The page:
Every season has a different feeling. Now the light has changed, it’s thinner and weaker. On the Wild Basin trail, carpeted with fragments of aspen leaves, the air is sweet with vegetation that is crumbling, devolving into something else—an organic process that finishes a cycle, so there is a satisfying feeling. The winds are strong and decisive, yet the sun and air are warm enough to please, to relax into. It feels refreshing, like a long sip of apple cider, something cool, energizing. Bittersweet.
For a short time, before it snows, everything is revealed. On the trail along the creek, I can see the cliff faces and rocky hillsides that were obscured by the aspen leaves. As North St. Vrain creek recedes, I can see boulders that were thrown around in last year’s floods and tree trunks that were pulled down into the river bed. Along the creek’s edge, the water is low enough that a bed of rock has emerged, rock that is softer and paler than the boulders around it, as if it came from somewhere else, rose up from the river, which had been hiding it. Working over time, the water has sculpted pale ridges and bowls.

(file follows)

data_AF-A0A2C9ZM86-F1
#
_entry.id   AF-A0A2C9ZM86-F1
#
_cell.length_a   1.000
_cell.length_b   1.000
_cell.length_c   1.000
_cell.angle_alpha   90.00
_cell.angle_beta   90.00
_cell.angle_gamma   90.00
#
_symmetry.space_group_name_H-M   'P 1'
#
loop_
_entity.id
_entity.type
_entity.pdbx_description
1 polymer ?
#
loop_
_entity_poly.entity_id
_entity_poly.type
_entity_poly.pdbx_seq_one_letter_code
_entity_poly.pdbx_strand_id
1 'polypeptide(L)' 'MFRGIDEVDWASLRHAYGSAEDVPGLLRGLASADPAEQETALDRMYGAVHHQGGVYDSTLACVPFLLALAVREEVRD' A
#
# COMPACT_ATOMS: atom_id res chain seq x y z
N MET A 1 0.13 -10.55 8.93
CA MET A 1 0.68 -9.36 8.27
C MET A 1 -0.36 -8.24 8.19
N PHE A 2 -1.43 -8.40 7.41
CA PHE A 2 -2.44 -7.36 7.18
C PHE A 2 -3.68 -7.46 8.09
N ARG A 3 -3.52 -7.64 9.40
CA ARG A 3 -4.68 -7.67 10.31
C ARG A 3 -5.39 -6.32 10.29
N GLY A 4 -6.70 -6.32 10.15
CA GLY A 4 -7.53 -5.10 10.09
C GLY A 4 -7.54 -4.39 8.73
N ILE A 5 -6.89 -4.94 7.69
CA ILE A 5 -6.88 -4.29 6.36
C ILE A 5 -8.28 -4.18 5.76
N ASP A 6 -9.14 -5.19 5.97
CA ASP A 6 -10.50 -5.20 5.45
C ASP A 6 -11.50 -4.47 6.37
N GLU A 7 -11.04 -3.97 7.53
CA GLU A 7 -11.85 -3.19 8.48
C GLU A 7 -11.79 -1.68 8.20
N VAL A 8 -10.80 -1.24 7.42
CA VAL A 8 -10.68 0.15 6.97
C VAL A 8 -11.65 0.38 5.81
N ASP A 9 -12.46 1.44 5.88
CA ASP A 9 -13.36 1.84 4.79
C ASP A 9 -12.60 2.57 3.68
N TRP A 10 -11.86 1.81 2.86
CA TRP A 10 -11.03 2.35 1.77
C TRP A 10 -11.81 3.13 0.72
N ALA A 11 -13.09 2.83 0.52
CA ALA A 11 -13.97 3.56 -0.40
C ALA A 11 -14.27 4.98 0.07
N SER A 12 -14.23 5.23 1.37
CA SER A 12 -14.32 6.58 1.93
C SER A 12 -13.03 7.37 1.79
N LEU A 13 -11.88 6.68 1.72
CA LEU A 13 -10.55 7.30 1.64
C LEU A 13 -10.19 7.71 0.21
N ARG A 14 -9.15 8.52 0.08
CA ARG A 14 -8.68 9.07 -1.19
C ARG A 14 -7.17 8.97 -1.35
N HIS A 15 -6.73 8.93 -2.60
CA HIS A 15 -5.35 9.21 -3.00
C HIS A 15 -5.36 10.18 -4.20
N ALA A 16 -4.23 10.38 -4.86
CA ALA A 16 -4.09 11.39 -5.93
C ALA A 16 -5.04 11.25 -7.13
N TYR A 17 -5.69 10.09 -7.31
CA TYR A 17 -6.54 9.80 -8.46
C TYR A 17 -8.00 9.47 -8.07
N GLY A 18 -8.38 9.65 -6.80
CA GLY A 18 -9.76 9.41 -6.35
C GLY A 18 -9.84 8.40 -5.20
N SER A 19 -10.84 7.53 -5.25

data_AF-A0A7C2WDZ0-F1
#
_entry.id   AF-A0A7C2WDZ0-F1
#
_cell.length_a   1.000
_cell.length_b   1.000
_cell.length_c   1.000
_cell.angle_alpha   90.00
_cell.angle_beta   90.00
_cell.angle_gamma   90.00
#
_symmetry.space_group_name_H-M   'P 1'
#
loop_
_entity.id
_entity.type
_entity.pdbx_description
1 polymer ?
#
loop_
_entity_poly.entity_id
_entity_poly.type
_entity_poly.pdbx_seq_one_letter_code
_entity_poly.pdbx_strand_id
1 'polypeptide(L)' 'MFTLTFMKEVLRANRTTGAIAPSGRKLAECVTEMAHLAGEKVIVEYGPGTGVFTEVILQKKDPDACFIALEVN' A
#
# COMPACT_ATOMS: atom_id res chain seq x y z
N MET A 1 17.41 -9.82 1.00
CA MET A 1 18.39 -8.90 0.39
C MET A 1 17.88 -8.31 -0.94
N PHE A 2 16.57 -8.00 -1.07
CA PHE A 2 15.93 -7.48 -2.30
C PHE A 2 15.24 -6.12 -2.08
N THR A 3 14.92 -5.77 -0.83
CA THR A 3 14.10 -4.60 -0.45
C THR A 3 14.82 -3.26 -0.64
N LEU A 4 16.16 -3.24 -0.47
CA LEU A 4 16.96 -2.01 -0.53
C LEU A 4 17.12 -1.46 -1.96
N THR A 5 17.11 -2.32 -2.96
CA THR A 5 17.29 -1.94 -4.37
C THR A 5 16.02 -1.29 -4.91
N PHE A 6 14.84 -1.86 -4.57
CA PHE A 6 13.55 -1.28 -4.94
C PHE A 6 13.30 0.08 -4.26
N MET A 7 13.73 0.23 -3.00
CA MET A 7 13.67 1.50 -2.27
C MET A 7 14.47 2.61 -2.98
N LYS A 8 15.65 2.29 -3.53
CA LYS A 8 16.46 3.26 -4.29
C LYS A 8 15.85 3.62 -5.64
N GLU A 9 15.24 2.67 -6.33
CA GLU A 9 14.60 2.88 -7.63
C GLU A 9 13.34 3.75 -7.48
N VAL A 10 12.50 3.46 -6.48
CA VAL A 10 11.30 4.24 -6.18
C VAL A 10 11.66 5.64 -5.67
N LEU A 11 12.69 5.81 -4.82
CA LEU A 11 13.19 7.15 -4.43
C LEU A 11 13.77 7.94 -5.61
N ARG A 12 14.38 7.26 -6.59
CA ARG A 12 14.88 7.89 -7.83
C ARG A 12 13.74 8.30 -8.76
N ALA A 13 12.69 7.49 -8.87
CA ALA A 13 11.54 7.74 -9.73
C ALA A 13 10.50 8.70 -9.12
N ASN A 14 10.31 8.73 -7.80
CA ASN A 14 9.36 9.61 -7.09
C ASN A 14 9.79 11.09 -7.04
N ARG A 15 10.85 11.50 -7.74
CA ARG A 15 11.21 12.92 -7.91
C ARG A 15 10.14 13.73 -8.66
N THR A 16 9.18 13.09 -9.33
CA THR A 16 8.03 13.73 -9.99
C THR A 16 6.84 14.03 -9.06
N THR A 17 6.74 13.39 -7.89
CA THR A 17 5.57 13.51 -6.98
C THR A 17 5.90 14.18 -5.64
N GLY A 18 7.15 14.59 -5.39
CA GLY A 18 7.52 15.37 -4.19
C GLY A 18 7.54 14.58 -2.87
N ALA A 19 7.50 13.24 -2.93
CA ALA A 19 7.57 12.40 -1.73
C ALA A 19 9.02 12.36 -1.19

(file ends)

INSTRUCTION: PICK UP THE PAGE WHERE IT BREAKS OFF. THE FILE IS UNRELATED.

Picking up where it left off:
Above Copeland Falls, where the water churned during spring runoff, the lower waters have revealed clear pools, rounded red, gold, yellow, gray rocks, even a green tint too subtle to be visible in spring and summer’s rushing waters.
The woods are darker now, the sun lower, with fewer aspen leaves to shed their glow, so what is left shines out of the darkness, and that’s what I look for, what catches my eye. Glimpses of light in the darkness: the spotlight on a single aspen tree and the rough face of the granite boulder; the golden tips of the grasses caught in the dwindling sunlight; the lone shimmering aspen among the ponderosas.